Identifying syndromes in studies of structural birth defects: Guidance on classification and evaluation of potential impact

Renata H. Benjamin, Laura E. Mitchell, Angela E. Scheuerle, Peter H. Langlois, Mark A. Canfield, Margaret Drummond-Borg, Joanne M. Nguyen, A. J. Agopian

Research output: Contribution to journalArticlepeer-review

3 Scopus citations


Structural birth defects that occur in infants with syndromes may be etiologically distinct from those that occur in infants in whom there is not a recognized pattern of malformations; however, population-based registries often lack the resources to classify syndromic status via case reviews. We developed criteria to systematically identify infants with suspected syndromes, grouped by syndrome type and level of effort required for syndrome classification (e.g., text search). We applied this algorithm to the Texas Birth Defects Registry (TBDR) to describe the proportion of infants with syndromes delivered during 1999–2014. We also developed a bias analysis tool to estimate the potential percent bias resulting from including infants with syndromes in studies of risk factors. Among 207,880 cases with birth defects in the TBDR, 15% had suspected syndromes and 85% were assumed to be nonsyndromic, with a range across defect types from 28.5% (atrioventricular septal defects) to 98.9% (pyloric stenosis). Across hypothetical scenarios varying expected parameters (e.g., nonsyndromic proportion), the inclusion of syndromic cases in analyses resulted in up to 50.0% bias in prevalence ratios. In summary, we present a framework for identifying infants with syndromic conditions; implementation might harmonize syndromic classification across registries and reduce bias in association estimates.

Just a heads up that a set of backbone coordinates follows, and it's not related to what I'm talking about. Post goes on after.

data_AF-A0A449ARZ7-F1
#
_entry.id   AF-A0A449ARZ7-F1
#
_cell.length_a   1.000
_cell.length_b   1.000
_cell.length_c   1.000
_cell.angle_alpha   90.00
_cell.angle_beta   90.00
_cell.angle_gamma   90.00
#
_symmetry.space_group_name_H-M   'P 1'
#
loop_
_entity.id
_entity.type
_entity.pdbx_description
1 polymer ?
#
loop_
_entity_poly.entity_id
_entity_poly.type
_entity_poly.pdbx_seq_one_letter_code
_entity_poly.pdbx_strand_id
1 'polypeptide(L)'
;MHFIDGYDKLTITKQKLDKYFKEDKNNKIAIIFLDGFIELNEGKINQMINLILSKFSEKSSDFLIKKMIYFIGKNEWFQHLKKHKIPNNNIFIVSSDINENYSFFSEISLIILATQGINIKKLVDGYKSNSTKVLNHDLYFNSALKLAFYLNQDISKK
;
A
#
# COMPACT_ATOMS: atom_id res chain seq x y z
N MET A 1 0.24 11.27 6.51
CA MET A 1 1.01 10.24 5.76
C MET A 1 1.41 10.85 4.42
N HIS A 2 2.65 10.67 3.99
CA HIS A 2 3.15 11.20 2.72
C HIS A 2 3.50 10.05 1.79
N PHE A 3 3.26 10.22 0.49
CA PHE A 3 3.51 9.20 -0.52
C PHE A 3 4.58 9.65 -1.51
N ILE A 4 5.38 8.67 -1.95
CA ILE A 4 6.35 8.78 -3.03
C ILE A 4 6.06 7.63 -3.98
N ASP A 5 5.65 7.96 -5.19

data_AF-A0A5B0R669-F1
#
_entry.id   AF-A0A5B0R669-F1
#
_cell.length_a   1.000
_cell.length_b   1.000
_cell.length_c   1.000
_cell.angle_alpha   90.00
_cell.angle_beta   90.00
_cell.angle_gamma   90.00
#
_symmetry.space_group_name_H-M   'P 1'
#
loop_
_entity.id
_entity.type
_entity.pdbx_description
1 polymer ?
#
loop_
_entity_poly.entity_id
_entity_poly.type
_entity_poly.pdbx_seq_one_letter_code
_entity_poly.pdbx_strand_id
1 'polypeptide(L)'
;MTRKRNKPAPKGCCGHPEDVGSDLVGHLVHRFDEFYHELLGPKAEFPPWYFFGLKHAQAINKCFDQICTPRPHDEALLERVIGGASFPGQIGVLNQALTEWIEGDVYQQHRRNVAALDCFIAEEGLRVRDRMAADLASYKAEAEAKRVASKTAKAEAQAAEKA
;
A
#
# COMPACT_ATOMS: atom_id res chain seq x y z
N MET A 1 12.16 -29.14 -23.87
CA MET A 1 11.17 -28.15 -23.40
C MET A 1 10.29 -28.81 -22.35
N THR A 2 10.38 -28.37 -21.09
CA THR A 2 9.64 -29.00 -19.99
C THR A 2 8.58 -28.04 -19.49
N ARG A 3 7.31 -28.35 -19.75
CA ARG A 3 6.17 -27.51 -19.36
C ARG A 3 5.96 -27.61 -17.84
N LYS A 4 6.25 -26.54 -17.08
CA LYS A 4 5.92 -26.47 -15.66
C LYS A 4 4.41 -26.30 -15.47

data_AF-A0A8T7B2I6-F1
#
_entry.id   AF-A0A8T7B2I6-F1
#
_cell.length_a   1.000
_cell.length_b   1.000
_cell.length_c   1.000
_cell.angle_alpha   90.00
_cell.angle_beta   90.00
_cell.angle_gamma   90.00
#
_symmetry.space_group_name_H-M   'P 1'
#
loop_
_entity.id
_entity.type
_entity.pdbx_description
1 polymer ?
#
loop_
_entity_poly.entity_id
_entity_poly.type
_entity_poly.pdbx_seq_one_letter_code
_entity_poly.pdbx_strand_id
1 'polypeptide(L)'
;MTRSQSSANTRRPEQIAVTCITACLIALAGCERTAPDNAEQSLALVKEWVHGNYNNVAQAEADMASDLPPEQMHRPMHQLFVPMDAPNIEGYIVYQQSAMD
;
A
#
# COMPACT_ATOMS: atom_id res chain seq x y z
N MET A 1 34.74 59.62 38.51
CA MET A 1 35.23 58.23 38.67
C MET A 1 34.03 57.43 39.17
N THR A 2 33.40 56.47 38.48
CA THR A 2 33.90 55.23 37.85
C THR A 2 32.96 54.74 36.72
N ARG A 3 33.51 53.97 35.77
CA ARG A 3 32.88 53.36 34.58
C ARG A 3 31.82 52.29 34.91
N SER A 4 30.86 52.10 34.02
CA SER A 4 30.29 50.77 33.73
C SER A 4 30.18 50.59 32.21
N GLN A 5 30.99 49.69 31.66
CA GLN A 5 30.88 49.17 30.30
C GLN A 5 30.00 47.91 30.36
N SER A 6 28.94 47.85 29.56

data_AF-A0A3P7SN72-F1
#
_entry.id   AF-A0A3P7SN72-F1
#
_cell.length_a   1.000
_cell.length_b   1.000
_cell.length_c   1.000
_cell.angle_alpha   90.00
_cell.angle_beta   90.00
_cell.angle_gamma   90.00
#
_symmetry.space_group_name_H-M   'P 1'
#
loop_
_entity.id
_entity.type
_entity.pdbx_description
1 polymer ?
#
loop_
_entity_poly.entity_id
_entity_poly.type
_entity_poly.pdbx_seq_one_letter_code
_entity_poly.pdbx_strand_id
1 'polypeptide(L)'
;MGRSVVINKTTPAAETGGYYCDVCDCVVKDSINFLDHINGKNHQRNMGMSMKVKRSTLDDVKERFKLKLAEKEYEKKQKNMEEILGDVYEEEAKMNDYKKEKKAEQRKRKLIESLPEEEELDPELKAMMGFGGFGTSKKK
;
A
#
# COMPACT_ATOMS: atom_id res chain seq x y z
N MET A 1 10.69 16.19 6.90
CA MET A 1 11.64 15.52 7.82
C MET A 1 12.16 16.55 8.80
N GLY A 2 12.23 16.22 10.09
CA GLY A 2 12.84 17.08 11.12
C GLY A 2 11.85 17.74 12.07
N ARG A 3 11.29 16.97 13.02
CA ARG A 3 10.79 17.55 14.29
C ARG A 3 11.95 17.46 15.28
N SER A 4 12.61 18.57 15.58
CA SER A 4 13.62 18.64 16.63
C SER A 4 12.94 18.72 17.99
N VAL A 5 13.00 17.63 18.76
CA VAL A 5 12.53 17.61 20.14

Original languageEnglish (US)
JournalAmerican Journal of Medical Genetics, Part A
StateAccepted/In press - 2022


  • birth defects
  • chromosomal abnormalities
  • nonsyndromic
  • prevalence ratios
  • syndromes

ASJC Scopus subject areas

  • Genetics
  • Genetics(clinical)


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